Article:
Off-board targeting demonstration is designed
to step up Navy’s network-centric strike capabilities
By RICHARD R. BURGESS, Managing Editor
cer for the director of Air Warfare
in the Office of the Chief of Naval
Operations. “That’s a definite capa-
bility we want to have. When you
look at the battlefield of the future,
the network is going to be a big
piece of that and how we commu-
nicate and pass information
The JSOW-C- 1, built by Raytheon
Missile Systems, is the latest version
of a precision-guided glide bomb
that entered combat in Iraq a decade
ago. The JSOW is a 1,000-pound-class weapon equipped
with wings that extend after launch that allow it to glide
to the target at ranges of 12 to 63 miles.
The A baseline variant, guided by the Global
Positioning System (GPS), is armed with cluster munitions effective against soft targets. The similar A- 1 version is armed with a high-explosive warhead. The C
version is armed with a 500-pound blast/fragmentation
warhead and guided in the terminal phase by an imaging infrared seeker governed by autonomous targeting
algorithms for more precise targeting.
The JSOW-C- 1 is similar to the C variant but is
equipped with a Rockwell Collins data link and an
updated seeker algorithm, designed to strike moving targets at sea or on land. The data link allows an aircraft —
the launcher or another platform — to pass target
updates to the bomb. Development of the C- 1 began in
2006, with operational testing scheduled for this year.
“JSOW C- 1 is another upgrade that … allows us to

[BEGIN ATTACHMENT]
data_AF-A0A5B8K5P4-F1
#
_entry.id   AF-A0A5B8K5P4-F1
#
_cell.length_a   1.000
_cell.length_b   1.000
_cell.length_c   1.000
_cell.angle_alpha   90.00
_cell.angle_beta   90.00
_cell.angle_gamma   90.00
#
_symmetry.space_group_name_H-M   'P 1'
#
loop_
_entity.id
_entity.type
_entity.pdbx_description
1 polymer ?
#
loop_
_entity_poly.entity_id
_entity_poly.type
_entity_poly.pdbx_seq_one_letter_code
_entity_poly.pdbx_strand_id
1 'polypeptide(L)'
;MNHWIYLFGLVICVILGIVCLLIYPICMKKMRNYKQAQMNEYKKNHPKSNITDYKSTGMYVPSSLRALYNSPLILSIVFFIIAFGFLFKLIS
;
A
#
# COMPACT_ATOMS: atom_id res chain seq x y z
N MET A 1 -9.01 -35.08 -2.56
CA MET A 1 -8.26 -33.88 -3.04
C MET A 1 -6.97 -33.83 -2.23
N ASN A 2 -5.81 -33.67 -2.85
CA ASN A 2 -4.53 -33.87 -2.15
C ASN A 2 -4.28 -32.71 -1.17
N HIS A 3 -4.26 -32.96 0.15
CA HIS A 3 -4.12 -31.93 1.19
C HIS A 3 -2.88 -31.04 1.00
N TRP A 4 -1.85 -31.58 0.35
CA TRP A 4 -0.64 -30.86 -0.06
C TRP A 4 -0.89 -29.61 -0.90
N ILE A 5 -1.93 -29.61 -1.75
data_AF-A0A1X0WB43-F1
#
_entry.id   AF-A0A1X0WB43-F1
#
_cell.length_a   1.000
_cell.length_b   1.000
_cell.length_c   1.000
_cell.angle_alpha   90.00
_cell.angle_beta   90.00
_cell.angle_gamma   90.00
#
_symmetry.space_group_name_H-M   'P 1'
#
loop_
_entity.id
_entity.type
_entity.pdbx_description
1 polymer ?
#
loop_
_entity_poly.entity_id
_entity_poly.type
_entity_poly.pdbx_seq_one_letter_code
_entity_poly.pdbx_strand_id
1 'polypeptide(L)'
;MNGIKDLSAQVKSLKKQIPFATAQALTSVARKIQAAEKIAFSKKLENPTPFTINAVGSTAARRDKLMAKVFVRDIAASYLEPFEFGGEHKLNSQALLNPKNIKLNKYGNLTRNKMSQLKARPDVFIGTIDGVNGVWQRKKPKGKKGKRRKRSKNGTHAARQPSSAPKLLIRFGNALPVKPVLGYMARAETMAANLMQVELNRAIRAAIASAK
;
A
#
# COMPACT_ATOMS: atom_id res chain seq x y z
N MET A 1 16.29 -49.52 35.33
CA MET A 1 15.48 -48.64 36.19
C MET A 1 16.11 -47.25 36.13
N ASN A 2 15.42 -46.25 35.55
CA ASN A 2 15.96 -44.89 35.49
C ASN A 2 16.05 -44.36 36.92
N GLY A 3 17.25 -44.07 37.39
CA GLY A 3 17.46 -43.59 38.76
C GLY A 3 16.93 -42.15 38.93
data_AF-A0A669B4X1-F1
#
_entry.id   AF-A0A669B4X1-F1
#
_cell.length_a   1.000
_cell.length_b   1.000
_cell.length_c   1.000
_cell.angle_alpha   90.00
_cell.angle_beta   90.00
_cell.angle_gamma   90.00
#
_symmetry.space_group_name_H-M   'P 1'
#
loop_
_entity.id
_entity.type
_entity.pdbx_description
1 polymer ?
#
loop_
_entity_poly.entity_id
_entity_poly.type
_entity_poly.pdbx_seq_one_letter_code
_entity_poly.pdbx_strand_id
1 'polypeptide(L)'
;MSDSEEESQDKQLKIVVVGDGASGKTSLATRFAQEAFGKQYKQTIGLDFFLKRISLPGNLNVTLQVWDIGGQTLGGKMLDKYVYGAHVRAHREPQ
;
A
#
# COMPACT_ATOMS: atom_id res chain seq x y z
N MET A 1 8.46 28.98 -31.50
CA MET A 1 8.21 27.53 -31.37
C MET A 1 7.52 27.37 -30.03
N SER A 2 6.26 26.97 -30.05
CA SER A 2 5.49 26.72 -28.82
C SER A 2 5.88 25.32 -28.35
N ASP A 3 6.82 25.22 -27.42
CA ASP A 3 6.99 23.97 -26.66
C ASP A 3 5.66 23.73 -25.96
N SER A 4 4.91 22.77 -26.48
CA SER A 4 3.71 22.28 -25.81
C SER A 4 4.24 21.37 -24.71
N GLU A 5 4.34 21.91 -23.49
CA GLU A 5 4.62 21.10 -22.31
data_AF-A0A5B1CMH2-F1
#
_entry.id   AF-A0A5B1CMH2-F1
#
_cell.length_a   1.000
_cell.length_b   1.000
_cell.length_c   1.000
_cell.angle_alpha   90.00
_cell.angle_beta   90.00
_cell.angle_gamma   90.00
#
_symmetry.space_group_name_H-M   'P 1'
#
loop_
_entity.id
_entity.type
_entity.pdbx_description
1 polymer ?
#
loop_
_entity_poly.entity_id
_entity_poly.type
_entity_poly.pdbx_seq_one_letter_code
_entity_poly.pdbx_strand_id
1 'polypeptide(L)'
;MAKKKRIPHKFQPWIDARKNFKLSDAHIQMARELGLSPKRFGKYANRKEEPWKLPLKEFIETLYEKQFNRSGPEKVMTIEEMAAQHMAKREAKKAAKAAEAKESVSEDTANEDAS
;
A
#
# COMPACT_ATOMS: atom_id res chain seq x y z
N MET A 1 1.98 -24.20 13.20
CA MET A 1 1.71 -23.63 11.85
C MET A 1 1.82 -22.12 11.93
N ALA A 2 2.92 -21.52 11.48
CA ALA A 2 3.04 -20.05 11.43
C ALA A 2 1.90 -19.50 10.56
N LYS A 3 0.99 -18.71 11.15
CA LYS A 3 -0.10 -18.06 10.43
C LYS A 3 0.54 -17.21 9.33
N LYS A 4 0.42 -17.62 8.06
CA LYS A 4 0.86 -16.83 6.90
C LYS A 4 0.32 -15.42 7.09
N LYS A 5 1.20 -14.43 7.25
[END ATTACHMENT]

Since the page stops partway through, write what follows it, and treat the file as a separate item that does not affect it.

control that weapon,” Burt said. “It gives us some mar-
itime capability against a moving ship at sea, for instance,
whereas the baseline JSOW is strictly a GPS weapon.”
Using networked weapons for precision strike against
moving targets is the latest milestone in the evolution of
precision air-launched strike weapons that began during
the Vietnam War, when the first laser- and television-
guided bombs were used in significant numbers. Kits are
The Navy will demonstrate a capability to guide weapons launched
from one aircraft with sensors from another.
■ The demonstration will direct a JSOW C- 1 bomb using radar
data from a surveillance aircraft.
■ Networked weapons represent a new milestone in strike warfare.
■ A study for a new maritime strike weapon begins.
The Navy will participate in a Joint Capability Technology Demonstration (JCTD) this fall designed to guide a glide bomb dropped from
a strike fighter to a target with sensor information fed
via data link from a radar surveillance aircraft.
The capability will be another step forward in the
effort to use a battle network to hit a moving target
with weapons dropped from one platform using targeting information from another.
In the JCTD, an AGM-154C- 1 Joint Standoff
Weapon (JSOW-C- 1) will be released from an F/A-18
strike fighter and guided to the target by updated targeting data sent while the weapon is in flight from an
Air Force E- 8 Joint Surveillance Targeting Attack Radar
aircraft or a Navy P-3C equipped with the APS-149
Littoral Radar Surveillance System.
A similar capability has been incorporated in the
AGM-84K Standoff Land-Attack Missile Expanded
Response (SLAM-ER) and completed operational testing and evaluation last year. The SLAM-ER, carried by
F/A-18 and P-3C aircraft for land-attack missions
against high-value targets from a potential range of
more than 150 nautical miles, now is capable of striking moving targets on land and at sea.
“I can shoot on the target but my own weapon system may not have to necessarily target [it],” said Capt.
Larry Burt, strike aircraft plans and requirements offi-